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Daily Journal Online - July 28, 2014, Renee Bronaugh
Governor Jay Nixon recently vetoed Senate Bill 841, a legislation that would have prevented minors younger than 18 from purchasing the electronic cigarettes while also exempting the nicotine products from other tobacco sales restrictions.


In a press release, Nixon’s office argued that the bill didn’t go far enough. He said it favored the tobacco industry because it exempted vapor products from the laws and taxes on traditional tobacco cigarettes.

“This bill appears to be nothing more than a thinly disguised and cynical attempt to exempt e-cigarettes from taxes and regulations protecting public health,” Gov. Nixon said. “The FDA is already moving forward to ban the sale of these products to minors. Until more is known about the health effects of these products, letting tobacco companies off the hook with special loopholes would pose a real threat to Missourians’ health now and in the future.”

The day after Nixon vetoed the bill, the American Vaping Association (AVA), a leading advocate for the health benefits of electronic cigarettes, called on the Missouri state legislature to override Nixon’s decision to veto SB 841, in order to ban the sale of electronic cigarettes to minors.

“It's common sense that e-cigarettes should not be sold to children,” said Gregory Conley, AVA’s president. “So it’s surprising that Governor Nixon would veto a bill that would prohibit the sale of e-cigarettes and other vaping products to minors. The legislation, which passed overwhelmingly, is nearly identical to e-cigarette minor bans that are already law in 41 states.”

Inno-Vape store owner Rodney Greenwalt has a very firm policy that they have held since they first opened their store in Desloge and will continue to hold it.

“I really don’t understand why he did that,” said Greenwalt. “I think if he would have passed it, it would have been a great thing because it’s not a cigarette so I feel it shouldn’t be taxed like a cigarette. I agree with not selling to anyone who is under 18, so I really don’t see where there was a problem. But I think with all the FDA rulings that are still up in the air states are kind of hanging in limbo waiting to see what the FDA does so then they can make their rulings off of that.”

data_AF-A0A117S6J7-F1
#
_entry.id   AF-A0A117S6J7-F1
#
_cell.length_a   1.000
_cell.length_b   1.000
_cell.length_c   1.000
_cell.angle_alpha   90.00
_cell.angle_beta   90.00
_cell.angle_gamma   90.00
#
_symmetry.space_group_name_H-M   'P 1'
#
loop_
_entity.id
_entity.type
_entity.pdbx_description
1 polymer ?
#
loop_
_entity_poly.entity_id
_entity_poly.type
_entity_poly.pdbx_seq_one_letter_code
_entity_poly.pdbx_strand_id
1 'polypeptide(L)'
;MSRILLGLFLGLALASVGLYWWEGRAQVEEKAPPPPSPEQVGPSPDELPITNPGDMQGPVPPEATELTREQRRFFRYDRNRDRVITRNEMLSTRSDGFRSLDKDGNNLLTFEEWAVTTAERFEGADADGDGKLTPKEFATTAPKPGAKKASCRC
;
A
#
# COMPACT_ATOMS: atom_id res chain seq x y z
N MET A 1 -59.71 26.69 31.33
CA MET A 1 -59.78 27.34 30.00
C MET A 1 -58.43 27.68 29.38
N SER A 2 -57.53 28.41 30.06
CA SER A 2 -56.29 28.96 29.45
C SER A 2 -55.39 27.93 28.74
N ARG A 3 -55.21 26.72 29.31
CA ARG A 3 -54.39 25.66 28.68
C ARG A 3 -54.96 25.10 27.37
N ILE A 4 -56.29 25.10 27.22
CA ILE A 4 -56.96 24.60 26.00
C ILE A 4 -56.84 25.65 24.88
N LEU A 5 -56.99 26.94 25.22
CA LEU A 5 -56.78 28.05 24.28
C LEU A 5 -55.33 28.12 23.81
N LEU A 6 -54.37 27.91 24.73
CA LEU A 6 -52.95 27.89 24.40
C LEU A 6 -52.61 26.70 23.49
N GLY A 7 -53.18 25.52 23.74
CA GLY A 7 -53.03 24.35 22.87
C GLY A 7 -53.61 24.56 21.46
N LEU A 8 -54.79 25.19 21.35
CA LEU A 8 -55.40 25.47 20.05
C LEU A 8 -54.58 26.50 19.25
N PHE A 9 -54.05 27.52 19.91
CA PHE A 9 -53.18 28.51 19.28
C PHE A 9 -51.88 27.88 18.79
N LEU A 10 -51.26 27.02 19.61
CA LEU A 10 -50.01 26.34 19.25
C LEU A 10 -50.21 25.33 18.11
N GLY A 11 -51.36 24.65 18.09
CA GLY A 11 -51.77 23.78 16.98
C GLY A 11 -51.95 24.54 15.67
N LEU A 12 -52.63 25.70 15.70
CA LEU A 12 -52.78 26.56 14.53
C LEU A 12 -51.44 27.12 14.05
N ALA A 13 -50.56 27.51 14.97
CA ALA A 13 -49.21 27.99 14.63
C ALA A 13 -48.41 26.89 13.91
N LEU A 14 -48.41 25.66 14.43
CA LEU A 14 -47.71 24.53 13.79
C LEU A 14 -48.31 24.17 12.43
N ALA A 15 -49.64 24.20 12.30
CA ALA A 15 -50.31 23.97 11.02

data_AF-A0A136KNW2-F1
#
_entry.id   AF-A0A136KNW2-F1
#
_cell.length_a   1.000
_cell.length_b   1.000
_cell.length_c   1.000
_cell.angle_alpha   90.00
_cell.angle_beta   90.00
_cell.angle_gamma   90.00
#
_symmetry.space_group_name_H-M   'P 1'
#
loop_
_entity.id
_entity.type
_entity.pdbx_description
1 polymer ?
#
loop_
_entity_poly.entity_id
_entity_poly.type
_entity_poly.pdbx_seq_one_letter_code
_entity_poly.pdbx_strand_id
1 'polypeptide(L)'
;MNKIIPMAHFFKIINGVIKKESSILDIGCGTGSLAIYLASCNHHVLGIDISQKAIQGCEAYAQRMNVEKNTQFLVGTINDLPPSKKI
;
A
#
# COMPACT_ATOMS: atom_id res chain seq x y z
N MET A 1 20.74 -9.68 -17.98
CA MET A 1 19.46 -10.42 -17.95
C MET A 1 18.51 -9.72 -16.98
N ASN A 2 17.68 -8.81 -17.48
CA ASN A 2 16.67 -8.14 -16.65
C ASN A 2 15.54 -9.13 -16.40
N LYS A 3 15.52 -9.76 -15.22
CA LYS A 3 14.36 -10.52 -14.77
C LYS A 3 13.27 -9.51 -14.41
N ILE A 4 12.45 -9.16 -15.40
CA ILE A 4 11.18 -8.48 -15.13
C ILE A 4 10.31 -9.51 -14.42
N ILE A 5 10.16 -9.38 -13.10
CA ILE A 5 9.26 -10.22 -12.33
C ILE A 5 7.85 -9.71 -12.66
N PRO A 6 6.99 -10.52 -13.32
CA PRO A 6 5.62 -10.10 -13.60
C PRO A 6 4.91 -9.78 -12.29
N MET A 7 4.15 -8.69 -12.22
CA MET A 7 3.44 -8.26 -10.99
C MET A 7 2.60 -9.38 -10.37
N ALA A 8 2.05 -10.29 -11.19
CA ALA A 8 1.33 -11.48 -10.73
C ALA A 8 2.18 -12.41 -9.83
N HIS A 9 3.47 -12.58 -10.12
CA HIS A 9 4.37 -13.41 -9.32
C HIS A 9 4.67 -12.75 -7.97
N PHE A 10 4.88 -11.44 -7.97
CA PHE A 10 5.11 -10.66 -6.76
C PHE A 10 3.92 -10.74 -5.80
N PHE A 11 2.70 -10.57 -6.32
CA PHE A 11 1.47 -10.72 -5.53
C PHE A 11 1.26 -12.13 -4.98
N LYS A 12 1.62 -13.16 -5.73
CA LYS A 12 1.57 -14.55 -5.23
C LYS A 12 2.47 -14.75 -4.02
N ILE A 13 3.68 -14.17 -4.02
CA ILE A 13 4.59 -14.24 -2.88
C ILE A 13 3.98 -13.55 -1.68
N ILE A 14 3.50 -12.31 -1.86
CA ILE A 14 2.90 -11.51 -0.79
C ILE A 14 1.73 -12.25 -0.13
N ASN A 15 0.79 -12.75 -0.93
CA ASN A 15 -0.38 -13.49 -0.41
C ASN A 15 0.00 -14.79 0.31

Greenwalt said the fact there is still testing being done is actually a good thing because the longer the FDA holds their commenters open about their proposed regulations, the better it is because the more testing gets done and there will be more documentation in regards to e-cigarettes.

“I wish it would have signed it that would have made it definite that you have to be 18 to purchase the e-cigs,” said Greenwalt. “I guess they have other ideas or plans. I’m still going to hold my same policy, it’s in the hands of the shop owners to regulate theirselves.”

Quality Vapor Manager Eric Erchien said his company in Farmington doesn’t think minors should be allowed to purchase e-cigarettes so they won’t sell to minors.

“It’s kind of a double edge sword. You don’t want younger kids getting on nicotine or tobacco because in the wrong hands it could be a gateway to actual cigarettes and if we can prevent that, it should be done,” said Erchien. “At the same time it really comes down to you as a person. No one wants kids smoking cigarettes but at the same time there is no reason for them to be using electronic cigarettes either.”

Some cities have decided to matter into their own hands. The St. Louis Post Dispatch reports that the Chesterfield City Council voted 6-1 Monday in favor of an ordinance that would prohibit the sale and possession of vapor products or e-cigarettes to those under 18.

Currently the states that have banned minors from purchasing e-cigarettes are Alabama, Arizona, Arkansas, California, Colorado, Hawaii, Idaho, Illinois, Indiana, Kansas, Maryland, Minnesota, Mississippi, New Hampshire, New Jersey, New York, North Carolina, Oregon, South Carolina, Tennessee, Vermont, Washington, and Wisconsin.

Missouri, on the other hand, currently has no e-cigarette regulations and because of this, it is currently legal to market and sell e-cigarettes to minors, as well as use the devices in public places.

An advocate for e-cigarettes, Bistate Regional Advocates for Vaping Education (BRAVE) stated in a press release that they strongly condemn the actions of Nixon in vetoing the bill and allowing the sale of electronic cigarettes to minors in Missouri.